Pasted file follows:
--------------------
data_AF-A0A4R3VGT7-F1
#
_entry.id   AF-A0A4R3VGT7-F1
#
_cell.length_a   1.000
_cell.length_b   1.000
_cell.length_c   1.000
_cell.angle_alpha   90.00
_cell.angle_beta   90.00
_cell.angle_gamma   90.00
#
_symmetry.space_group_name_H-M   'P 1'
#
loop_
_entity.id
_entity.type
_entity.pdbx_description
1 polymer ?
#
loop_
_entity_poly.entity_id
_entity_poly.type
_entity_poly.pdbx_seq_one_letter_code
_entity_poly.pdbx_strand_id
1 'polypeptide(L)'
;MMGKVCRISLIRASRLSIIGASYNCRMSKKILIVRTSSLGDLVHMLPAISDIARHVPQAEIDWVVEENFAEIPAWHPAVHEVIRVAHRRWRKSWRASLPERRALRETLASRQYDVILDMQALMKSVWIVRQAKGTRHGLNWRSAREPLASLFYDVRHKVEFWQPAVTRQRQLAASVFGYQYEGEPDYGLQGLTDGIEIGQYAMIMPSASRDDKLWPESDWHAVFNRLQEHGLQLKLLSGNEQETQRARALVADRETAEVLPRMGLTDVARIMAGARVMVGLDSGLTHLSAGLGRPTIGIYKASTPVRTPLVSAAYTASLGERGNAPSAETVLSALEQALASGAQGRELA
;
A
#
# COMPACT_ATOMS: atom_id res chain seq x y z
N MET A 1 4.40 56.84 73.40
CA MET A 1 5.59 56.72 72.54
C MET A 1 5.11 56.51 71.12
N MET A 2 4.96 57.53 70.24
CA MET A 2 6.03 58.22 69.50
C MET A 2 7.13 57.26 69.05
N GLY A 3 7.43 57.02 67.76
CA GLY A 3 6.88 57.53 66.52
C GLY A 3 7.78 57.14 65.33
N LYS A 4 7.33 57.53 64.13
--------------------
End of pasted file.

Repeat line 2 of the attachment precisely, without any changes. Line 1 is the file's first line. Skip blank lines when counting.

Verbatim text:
#